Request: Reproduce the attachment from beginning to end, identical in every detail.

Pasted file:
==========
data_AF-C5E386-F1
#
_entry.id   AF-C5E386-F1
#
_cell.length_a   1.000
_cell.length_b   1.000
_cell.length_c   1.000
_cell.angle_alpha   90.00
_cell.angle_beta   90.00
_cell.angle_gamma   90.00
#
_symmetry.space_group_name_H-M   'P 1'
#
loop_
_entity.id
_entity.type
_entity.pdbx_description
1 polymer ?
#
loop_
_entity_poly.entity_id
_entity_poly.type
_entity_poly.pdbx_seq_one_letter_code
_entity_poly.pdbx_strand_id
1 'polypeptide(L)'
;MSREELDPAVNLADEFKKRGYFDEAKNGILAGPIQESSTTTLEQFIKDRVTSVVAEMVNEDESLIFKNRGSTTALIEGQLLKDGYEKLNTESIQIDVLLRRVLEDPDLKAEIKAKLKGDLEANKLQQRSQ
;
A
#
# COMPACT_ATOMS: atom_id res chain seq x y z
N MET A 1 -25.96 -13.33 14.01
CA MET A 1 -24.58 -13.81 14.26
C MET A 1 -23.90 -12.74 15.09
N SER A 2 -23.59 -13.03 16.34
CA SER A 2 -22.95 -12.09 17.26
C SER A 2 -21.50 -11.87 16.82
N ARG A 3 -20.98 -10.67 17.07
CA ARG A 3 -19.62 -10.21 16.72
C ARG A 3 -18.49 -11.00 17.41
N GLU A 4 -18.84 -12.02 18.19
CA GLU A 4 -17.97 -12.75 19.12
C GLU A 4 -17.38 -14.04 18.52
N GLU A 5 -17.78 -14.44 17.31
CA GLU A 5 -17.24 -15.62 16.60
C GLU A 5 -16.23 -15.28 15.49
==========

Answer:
data_AF-C5E386-F1
#
_entry.id   AF-C5E386-F1
#
_cell.length_a   1.000
_cell.length_b   1.000
_cell.length_c   1.000
_cell.angle_alpha   90.00
_cell.angle_beta   90.00
_cell.angle_gamma   90.00
#
_symmetry.space_group_name_H-M   'P 1'
#
loop_
_entity.id
_entity.type
_entity.pdbx_description
1 polymer ?
#
loop_
_entity_poly.entity_id
_entity_poly.type
_entity_poly.pdbx_seq_one_letter_code
_entity_poly.pdbx_strand_id
1 'polypeptide(L)'
;MSREELDPAVNLADEFKKRGYFDEAKNGILAGPIQESSTTTLEQFIKDRVTSVVAEMVNEDESLIFKNRGSTTALIEGQLLKDGYEKLNTESIQIDVLLRRVLEDPDLKAEIKAKLKGDLEANKLQQRSQ
;
A
#
# COMPACT_ATOMS: atom_id res chain seq x y z
N MET A 1 -25.96 -13.33 14.01
CA MET A 1 -24.58 -13.81 14.26
C MET A 1 -23.90 -12.74 15.09
N SER A 2 -23.59 -13.03 16.34
CA SER A 2 -22.95 -12.09 17.26
C SER A 2 -21.50 -11.87 16.82
N ARG A 3 -20.98 -10.67 17.07
CA ARG A 3 -19.62 -10.21 16.72
C ARG A 3 -18.49 -11.00 17.41
N GLU A 4 -18.84 -12.02 18.19
CA GLU A 4 -17.97 -12.75 19.12
C GLU A 4 -17.38 -14.04 18.52
N GLU A 5 -17.78 -14.44 17.31
CA GLU A 5 -17.24 -15.62 16.60
C GLU A 5 -16.23 -15.28 15.49